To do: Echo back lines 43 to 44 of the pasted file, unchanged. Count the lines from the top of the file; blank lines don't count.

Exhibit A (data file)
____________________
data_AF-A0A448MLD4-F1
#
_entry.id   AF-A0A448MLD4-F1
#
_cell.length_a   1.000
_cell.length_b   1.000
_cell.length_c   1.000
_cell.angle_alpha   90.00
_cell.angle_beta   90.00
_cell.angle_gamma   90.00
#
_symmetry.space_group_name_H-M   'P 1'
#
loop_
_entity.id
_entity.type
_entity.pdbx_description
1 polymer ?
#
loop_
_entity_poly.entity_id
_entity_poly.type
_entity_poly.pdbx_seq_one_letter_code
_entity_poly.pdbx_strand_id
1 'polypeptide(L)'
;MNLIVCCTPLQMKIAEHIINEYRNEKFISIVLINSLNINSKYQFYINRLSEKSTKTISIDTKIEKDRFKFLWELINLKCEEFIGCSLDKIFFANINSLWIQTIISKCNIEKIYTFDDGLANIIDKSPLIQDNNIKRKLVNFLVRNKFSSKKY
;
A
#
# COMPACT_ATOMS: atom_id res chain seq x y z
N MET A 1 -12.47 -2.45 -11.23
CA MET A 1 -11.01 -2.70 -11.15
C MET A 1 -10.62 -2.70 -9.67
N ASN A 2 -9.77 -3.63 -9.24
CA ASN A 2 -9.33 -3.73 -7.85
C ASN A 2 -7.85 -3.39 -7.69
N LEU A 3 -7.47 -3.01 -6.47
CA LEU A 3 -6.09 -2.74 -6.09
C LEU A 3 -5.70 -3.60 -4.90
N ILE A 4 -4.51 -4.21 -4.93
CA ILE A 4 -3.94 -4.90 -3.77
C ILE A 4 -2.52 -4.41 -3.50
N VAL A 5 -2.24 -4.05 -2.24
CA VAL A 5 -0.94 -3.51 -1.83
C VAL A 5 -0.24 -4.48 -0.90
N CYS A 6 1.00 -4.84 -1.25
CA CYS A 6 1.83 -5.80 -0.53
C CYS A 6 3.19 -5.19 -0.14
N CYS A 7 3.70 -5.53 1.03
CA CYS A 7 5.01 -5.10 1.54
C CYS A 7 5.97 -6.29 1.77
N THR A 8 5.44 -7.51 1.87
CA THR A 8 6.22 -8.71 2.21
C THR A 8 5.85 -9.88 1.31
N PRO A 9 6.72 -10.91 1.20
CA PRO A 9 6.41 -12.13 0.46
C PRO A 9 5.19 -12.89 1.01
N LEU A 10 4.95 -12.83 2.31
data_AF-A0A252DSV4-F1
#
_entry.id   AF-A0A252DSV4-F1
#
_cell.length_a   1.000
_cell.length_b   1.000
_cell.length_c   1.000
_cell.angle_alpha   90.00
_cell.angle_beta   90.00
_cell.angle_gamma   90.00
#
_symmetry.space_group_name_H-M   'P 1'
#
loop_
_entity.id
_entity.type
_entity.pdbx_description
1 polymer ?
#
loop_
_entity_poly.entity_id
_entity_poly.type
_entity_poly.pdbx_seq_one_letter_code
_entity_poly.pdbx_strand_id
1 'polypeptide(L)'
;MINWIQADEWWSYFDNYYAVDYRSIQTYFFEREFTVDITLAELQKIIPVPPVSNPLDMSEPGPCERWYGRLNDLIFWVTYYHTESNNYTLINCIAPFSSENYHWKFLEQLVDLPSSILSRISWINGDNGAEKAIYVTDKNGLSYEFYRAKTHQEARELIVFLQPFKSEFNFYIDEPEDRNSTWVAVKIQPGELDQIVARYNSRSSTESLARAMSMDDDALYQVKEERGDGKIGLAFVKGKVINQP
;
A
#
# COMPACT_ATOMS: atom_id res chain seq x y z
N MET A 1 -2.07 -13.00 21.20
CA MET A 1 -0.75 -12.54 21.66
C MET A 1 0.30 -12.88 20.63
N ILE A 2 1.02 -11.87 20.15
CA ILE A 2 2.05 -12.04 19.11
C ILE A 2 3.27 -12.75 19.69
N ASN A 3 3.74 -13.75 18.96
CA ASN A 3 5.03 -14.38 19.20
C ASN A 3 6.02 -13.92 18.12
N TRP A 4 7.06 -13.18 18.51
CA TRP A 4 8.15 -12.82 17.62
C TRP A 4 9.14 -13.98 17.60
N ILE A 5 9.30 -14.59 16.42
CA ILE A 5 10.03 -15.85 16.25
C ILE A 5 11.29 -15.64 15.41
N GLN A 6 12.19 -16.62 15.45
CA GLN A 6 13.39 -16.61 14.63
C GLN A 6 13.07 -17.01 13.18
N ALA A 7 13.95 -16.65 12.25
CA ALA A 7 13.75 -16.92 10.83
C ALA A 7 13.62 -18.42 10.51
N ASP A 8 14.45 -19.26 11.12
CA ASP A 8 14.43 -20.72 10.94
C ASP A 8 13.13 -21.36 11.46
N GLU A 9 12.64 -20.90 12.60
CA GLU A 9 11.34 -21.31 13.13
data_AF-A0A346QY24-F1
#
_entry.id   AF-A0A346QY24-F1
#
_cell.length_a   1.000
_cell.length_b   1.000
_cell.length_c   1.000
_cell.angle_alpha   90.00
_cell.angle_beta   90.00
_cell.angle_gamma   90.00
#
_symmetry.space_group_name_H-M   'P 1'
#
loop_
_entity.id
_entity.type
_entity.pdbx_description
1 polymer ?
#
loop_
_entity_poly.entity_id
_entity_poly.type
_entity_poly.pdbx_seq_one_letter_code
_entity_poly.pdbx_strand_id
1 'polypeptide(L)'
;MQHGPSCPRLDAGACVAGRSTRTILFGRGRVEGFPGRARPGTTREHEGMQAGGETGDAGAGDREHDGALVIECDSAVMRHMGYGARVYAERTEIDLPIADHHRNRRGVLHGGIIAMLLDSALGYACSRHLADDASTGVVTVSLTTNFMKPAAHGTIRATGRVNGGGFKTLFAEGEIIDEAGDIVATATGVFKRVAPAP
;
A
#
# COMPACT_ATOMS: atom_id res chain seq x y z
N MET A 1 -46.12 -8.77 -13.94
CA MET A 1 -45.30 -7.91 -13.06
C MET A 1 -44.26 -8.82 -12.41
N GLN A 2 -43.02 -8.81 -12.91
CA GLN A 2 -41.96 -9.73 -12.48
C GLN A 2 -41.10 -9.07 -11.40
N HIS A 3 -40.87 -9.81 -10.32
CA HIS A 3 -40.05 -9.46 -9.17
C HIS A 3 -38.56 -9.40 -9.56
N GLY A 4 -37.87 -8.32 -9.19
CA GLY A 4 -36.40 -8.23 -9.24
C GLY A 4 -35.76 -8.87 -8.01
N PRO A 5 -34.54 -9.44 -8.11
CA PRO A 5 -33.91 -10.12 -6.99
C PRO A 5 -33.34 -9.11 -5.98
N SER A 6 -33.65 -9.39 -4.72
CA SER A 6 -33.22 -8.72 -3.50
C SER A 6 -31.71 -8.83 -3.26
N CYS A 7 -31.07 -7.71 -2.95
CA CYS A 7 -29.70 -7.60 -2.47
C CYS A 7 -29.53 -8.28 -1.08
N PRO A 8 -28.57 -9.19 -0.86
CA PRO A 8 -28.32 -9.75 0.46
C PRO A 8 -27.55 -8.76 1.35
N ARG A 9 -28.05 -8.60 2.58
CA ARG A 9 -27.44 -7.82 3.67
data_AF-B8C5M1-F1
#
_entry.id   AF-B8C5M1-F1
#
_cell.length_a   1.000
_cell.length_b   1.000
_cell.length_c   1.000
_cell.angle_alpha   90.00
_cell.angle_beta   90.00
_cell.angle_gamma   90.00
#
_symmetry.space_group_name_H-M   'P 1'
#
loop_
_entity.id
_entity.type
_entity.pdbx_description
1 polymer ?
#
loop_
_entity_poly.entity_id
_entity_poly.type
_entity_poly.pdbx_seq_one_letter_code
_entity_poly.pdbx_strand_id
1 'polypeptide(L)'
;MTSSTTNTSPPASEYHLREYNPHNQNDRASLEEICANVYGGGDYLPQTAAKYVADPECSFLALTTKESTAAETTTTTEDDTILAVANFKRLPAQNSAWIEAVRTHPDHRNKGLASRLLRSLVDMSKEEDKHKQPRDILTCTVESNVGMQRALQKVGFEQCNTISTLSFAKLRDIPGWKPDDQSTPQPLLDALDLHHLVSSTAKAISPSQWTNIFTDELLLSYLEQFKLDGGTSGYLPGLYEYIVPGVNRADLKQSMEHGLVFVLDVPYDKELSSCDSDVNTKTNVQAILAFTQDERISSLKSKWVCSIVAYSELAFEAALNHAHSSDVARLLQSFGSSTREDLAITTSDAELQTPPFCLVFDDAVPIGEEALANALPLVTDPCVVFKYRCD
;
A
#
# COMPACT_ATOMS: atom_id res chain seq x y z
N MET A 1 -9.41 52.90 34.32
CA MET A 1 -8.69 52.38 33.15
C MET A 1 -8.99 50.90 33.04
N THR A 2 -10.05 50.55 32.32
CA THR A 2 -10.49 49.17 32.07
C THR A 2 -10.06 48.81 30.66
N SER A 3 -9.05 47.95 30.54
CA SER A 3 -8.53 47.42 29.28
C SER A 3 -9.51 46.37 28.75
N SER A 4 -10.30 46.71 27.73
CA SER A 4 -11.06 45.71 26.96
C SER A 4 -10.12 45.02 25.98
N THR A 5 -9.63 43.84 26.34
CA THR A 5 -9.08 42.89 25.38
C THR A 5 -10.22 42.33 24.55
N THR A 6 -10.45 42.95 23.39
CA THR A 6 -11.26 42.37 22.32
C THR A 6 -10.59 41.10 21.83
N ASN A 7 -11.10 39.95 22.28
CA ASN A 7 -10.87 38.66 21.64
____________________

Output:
N VAL A 5 -2.24 -4.05 -2.24
CA VAL A 5 -0.94 -3.51 -1.83